3 reasons to never end an interview early

An interview between a radio host and New York Jet ended abruptly when a PR person jumped on the line and told the player to hang up. Bad idea.


An interview last week between an NFL player and a radio host offers lessons for those who aren’t professional athletes.

The trouble started in last week’s Monday Night Football game, when New York Jets cornerback Darrelle Revis intercepted a pass intended for a Miami Dolphins player and returned it 100-yards for a touchdown.

Replays of the interception showed that Revis may have committed a penalty for making contact with the receiver, but the referees didn’t call it.

Radio host Mike Francesa interviewed Revis late last week and relentlessly went after the NFL player for what the host viewed as an uncalled penalty.

That’s where things got interesting. Fast forward to the 2:00 mark to hear part of the exchange—and stay tuned to the 5:00 mark to hear the surprising end to the interview.

After the testy exchange, a Jets PR person named Jared interrupted the interview by picking up the phone and saying, “Darrelle, hang up.” He did. And that’s when this mostly non-newsworthy interview suddenly became a story.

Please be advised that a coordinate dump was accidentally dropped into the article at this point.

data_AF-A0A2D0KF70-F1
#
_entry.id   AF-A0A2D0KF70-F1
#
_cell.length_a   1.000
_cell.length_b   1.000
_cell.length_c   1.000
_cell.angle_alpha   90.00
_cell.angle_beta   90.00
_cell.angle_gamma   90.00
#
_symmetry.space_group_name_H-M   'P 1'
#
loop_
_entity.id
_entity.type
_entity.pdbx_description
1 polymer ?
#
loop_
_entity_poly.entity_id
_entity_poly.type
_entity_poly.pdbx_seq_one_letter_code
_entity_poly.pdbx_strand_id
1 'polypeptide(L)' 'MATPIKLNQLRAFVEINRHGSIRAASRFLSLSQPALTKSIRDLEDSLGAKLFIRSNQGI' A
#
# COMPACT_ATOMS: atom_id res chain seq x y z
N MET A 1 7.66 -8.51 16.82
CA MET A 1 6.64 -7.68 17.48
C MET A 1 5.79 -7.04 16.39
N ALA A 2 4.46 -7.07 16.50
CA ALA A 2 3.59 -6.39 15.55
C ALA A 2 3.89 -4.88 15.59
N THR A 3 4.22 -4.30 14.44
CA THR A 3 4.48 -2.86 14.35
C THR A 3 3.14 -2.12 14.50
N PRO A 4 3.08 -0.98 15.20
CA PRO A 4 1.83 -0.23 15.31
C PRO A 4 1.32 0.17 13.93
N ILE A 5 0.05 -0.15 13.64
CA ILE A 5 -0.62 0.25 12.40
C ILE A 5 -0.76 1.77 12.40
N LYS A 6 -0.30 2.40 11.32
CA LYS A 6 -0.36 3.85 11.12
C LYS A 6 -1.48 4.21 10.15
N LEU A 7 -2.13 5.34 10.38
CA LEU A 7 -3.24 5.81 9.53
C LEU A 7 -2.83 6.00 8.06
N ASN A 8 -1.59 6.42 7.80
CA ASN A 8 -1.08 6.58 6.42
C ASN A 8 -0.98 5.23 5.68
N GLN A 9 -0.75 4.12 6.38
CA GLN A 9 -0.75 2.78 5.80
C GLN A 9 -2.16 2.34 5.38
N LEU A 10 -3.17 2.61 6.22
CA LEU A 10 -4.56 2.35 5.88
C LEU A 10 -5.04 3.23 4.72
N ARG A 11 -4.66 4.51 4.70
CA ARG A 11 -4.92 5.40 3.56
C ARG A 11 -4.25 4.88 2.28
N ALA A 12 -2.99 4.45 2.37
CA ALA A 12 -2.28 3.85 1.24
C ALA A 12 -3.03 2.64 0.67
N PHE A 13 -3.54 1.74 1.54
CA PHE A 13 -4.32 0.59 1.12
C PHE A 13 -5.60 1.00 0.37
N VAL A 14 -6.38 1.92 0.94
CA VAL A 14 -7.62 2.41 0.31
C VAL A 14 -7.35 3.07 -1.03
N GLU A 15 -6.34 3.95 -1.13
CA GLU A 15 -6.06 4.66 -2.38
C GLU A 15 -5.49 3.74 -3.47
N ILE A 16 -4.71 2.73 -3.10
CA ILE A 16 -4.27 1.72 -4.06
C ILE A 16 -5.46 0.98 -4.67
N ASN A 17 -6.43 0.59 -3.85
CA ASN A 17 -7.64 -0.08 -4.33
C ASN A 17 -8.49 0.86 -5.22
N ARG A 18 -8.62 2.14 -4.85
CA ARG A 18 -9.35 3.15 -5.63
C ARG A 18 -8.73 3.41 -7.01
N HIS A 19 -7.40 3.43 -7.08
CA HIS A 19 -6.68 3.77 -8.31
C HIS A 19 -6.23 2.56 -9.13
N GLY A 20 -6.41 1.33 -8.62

What lessons should you learn about ending an interview early?

1. It always makes the story bigger. Just ask Emily Miller, who, as a member of Secretary Colin Powell’s staff in 2004, infamously pulled the plug on an interview with “Meet the Press” host Tim Russert.

2. It gives credence to the charges made against you. If you weren’t guilty of whatever you were being accused of, why look so defensive and cut off the interview early? Revis could have laughed off the charges or said: “Mike, we’ve covered that ground and disagree. What else do you want to talk about?” Instead, his defensive reply suggested he knew he got away with a penalty.

3. The host usually looks better; the guest and PR representative usually look worse. The host usually comes out looking like the victim of an overly aggressive public relations person, while the guest and PR pro almost always diminish themselves by abruptly ending the interview. That’s even truer in this case, since Revis was doing a decent-enough job at handling himself on-the-air before being cut off by his media minder.

(A grateful h/t to John Barnett, who tweets at @jocmbarnett.)

Visit the Mr. Media Training Blog to see the 21 Most Essential Media Training Links. Brad Phillips is the author of the Mr. Media Training Blog and president of Phillips Media Relations, which specializes in media and presentation training.

Topics: PR

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